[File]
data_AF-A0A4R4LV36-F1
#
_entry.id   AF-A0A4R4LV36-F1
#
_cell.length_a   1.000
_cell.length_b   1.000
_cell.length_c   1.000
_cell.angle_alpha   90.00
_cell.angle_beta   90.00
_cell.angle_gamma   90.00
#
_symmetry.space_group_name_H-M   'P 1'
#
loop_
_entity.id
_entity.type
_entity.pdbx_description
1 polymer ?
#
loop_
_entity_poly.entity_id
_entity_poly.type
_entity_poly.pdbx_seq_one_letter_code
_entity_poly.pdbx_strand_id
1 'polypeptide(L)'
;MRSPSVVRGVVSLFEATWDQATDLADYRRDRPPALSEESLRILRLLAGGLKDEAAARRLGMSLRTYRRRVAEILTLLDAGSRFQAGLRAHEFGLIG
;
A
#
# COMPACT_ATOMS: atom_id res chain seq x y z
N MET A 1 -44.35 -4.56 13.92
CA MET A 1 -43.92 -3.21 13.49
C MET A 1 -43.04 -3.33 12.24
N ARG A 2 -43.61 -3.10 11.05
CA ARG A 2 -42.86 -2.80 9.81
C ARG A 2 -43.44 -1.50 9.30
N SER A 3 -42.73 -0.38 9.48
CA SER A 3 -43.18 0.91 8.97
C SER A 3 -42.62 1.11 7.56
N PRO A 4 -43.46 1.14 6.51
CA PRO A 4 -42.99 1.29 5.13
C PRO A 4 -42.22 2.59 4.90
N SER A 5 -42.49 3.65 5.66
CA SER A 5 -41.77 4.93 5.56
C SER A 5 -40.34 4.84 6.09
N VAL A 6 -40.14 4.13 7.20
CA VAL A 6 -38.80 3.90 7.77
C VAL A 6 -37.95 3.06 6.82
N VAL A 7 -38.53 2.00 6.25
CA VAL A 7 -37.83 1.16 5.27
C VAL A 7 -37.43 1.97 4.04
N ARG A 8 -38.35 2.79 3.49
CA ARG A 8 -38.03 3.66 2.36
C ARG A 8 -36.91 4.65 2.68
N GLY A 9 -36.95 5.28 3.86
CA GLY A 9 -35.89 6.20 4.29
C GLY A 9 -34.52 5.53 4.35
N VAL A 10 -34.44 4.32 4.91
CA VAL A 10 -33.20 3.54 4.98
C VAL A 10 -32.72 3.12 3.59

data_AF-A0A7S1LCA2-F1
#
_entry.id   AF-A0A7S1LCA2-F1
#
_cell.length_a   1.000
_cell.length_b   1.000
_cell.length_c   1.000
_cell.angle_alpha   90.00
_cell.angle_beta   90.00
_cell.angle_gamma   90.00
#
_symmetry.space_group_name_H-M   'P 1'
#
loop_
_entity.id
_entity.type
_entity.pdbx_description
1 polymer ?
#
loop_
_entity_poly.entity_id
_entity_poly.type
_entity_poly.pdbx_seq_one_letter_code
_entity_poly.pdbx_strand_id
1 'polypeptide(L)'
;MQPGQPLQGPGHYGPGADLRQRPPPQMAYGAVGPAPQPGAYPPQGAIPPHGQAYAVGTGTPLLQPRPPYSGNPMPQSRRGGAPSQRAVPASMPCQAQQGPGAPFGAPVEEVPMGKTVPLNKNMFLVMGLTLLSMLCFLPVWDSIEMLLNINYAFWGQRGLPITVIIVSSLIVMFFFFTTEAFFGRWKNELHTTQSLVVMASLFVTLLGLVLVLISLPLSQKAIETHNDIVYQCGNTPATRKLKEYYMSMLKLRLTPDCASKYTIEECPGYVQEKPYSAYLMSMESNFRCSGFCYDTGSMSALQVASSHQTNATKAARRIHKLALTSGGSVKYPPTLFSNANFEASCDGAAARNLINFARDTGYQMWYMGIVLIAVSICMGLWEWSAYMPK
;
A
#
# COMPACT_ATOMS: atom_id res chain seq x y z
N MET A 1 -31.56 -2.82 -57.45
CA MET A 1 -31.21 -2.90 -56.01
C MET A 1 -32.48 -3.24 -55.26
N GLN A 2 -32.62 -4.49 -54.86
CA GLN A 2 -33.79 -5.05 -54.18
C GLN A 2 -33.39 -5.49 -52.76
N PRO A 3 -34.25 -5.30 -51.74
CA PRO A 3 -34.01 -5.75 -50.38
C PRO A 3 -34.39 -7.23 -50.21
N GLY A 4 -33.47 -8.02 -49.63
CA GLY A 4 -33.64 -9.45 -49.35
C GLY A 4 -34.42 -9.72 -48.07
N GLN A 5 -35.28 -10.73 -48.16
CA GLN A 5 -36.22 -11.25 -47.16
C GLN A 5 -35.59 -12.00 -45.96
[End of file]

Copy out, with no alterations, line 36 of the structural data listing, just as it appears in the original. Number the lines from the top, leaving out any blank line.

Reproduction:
C ARG A 2 -43.44 -1.50 9.30